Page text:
I don’t find that to be the case for most people, but there is a little bit of truth to it, even for me. I have marked as favorites, tweets that contained subject matter I found interesting, but didn’t think was appropriate or of interest to the people I interact with.  I also use favorites to mark interesting stories and videos that I just don’t have time to read at the moment.  And sometimes I just favorite tweets I really like.

With recent Twitter notifications changes, you now know when someone favorites your tweets because you get an email alert.  @ reply notifications would need to be already set up on your Twitter account for this to happen, but there was no opt-in process specifically about favorite notification. And as far as I know, you can’t opt out of having tweets you favorite result in an email notice to the account who posted the tweet.




Example of Twitter’s New Favorite Notification. Blurred Twitter account info.

A person’s favorites were always available to view, but I haven’t talk to a single person who routinely looked at another person’s account to see what they had marked as favorites. There are a few apps like Boxcar that would send favorite notifications, but by and large, most Twitter applications and interfaces didn’t deal with favorites in any way.  Certainly not to the level of notification that Twitter is now doing.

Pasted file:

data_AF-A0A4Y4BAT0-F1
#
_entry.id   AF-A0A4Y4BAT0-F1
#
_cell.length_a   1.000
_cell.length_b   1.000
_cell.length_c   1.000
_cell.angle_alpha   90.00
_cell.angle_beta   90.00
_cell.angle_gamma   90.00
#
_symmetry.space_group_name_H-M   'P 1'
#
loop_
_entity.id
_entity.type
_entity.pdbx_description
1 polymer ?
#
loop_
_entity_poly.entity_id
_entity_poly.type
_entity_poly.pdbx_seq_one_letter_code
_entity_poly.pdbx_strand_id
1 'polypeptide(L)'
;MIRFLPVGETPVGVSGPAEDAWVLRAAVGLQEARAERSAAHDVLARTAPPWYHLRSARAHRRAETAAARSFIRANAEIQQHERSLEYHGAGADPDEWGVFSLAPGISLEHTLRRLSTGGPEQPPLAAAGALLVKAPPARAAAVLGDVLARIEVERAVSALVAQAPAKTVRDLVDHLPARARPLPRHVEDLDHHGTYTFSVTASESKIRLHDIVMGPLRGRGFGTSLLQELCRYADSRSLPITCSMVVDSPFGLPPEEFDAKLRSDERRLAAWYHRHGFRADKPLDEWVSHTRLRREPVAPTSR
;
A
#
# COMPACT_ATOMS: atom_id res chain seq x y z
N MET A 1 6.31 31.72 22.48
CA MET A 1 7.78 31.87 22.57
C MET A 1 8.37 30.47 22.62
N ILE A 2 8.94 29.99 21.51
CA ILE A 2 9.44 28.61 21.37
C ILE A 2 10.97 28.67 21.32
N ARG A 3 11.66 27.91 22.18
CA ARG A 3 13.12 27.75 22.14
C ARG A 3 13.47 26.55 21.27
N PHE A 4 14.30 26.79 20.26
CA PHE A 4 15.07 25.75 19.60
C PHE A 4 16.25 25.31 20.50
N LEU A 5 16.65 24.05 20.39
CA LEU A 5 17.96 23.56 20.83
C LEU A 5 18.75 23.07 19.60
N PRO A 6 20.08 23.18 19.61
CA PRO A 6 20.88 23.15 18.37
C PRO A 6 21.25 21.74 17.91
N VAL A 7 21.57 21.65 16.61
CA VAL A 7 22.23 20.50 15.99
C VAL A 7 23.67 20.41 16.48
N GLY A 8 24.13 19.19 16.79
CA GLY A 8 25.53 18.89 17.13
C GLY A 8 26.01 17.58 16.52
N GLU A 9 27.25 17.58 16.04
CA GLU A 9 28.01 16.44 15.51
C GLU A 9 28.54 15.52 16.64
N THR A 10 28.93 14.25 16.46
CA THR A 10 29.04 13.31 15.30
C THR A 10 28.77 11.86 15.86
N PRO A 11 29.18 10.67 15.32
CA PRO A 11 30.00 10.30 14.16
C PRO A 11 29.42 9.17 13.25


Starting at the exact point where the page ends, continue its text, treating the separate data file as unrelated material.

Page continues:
So this is a massive change and at some level feels like a small invasion of privacy, especially since Twitter didn’t send out a email telling people that this change was going to happen.  I don’t know that this update will massively change how I use favorites, but I will think about the email notification every time I consider marking something as a favorite.

If you want to make any changes to your notfications, you can click here to directly access your Twitter settings.

Will how you use favorites change with this new email notification?  Did you even know about the change?  I would love your comments as this isn’t a clear issue and would love to hear feedback.


4 tips to enjoy your vacation while staying updated on Twitter.

Some might argue that it is better to take a complete break from social media while on vacation.  I am not one of them.  Social media is important enough to me to at least spend a little of my downtime keeping up on what is going on.  I don’t user Twitter the same on vacation as I do on a regular day, so I found a couple services that were helpful on my recent trip to New Orleans.


Summify’s name is very accurate.  They provide a summary of the most important stories that are shared by those you follow on Twitter.  They have an online interface, but I largely just read the daily email they send. On vacation it is great way to see what stories resonated when you only have a little bit of time.  Summify does a remarkably good job pointing out the four or five articles or tweets that most reflect my interests.  I rarely find something included in this summary that isn’t interesting or meaningful. Continue reading